It's simple to write about the tried and true, chase the hot fad. However, it's usualy counterproductive. Ask the author with the wastebasket of rejection slips attached to vampire pages.
How does one not follow a trend. First, stop. Second, think. Third, experiment. An author's desk surely has large paper clips scattered about or horded in a drawer. What use can be made of them other than clipping printed draft pages together until that chapter is finalized. And, by finalize, the smart author knows a rubber band for loose pages is the better method for publisher submission than paper clips. The leftover paper clips can be bent into holiday ornament hangers, while a stray one or two can manage unruly hairstyles.
Other everyday writing aids, pre-computer definitely, can have uses not stated by the manufacturer. Liquid correction fluid becomes a common solution to scuffed shoes when that personal publishing house interview is obtained. Binder clips might be the granddaddy for multiple uses. They can be seen holding bags closed, i.e., those chips munched on at two in the morning, clipping a reminder note to the vehicle visor, keeping tubes of paste rolled up, and, of course, maintaining tidy coiffures.
So when writing and the heroine/hero needs to keep a hair strand out of those gorgeous, sexy eyes for an extended period, amaze or comfort the reader with a paper or binder clip. If the reader hasn't come across this particular usage, haven't you created a moment where the reader thinks you're a creative genius. And, if a mystery, that clip foreshadows a later more critical use, e.g., the villain who thinks it hilarious and tosses it aside leaves a damning fingerprint fragment or a DNA sample.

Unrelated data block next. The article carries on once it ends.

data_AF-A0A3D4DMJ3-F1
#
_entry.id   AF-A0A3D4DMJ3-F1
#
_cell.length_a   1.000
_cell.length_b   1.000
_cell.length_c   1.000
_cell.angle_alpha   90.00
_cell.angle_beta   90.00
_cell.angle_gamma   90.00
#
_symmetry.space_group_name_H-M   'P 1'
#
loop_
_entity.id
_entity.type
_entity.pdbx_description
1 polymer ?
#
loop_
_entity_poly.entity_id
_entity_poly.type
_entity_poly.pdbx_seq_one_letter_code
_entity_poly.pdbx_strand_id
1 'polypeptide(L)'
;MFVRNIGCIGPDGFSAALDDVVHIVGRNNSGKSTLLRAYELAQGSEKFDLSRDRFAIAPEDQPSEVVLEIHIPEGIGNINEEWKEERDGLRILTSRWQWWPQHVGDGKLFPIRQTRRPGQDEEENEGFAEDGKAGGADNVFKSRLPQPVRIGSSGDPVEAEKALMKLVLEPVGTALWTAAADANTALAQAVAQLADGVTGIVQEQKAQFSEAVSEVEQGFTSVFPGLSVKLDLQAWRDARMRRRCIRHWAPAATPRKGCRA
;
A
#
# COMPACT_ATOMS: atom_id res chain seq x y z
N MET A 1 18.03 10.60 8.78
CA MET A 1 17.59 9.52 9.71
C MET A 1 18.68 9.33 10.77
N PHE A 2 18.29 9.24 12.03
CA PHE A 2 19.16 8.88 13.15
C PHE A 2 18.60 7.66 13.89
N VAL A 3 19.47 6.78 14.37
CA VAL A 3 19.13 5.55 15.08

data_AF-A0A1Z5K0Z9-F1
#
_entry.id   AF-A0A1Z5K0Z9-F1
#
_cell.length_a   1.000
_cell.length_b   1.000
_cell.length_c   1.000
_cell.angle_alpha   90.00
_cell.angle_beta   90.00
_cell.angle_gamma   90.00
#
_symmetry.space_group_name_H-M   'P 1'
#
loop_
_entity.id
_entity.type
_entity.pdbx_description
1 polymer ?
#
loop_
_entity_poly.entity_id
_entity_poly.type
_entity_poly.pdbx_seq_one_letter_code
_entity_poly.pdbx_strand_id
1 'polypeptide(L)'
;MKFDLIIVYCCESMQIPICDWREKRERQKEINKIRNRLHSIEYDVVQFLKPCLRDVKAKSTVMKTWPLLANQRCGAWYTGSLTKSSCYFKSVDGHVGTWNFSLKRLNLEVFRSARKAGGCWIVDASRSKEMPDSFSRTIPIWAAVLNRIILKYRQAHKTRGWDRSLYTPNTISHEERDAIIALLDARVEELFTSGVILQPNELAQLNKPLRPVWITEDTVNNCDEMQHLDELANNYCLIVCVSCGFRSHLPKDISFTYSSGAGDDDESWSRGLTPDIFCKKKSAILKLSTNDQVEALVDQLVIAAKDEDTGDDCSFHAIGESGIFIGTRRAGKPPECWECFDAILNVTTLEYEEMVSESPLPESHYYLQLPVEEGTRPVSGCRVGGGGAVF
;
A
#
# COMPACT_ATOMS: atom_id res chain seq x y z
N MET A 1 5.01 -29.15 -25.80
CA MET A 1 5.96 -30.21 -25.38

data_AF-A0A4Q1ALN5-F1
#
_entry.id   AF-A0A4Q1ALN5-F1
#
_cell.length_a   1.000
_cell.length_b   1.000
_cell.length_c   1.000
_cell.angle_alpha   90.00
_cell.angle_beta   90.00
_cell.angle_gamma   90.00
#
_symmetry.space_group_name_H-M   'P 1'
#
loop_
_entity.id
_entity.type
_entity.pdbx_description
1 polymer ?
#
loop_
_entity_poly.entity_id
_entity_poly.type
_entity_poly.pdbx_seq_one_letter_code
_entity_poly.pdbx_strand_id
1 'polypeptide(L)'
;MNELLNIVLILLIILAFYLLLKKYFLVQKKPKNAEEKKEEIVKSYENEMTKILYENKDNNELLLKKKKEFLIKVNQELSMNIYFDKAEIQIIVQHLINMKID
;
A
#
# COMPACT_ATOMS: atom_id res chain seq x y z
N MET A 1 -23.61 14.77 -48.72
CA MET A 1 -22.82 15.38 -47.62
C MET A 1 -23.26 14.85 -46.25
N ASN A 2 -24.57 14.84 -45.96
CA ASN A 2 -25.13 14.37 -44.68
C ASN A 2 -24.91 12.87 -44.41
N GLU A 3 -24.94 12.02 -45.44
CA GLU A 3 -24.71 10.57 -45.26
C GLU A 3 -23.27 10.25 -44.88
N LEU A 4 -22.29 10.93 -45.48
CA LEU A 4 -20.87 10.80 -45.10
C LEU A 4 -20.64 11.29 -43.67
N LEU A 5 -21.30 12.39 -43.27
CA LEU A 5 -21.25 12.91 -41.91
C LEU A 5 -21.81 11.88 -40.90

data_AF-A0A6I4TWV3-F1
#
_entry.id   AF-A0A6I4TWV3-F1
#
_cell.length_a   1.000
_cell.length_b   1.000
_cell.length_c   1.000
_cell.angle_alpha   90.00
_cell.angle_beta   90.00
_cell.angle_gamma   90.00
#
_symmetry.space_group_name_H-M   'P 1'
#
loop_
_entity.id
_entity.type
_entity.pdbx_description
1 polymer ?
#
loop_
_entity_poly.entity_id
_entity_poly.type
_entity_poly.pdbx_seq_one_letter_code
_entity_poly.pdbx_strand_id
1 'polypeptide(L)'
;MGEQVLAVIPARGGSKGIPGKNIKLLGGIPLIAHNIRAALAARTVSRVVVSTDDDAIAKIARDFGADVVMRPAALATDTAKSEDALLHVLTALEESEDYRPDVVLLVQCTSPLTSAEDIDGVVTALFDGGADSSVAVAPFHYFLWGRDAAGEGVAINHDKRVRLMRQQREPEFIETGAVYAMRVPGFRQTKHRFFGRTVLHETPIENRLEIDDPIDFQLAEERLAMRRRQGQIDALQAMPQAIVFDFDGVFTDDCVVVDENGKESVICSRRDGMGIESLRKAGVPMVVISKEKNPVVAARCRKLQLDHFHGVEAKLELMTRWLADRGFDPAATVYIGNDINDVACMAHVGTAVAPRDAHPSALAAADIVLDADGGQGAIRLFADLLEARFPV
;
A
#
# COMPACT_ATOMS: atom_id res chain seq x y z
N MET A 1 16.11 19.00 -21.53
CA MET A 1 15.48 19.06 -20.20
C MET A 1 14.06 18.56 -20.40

Other than crime clues, everyday objects can become a symbol of a character quirk, fetish, red herring or point for humor. What does sucking a paper clip say that sucking a toothpick doesn't? Was the infant death by ingested paper clips accidental, negligent or murderously intentional by a distraught parent or caregiver.
When done thinking of 101 uses for a paper clip in your romance, adventure, western, saga, and/or paranormal, experiment. Do it until you begin to read dozens of stories with fantastic paper clip uses. Then stop. It's a fad. Remember, we don't follow fads. Now take out a piece of scrap paper and, for an exercise, scribble frantically how you can use the rubber band in your writing. Don't get too attached to the actual rubber band before you for it'll be mailed off to that editor adoring your story.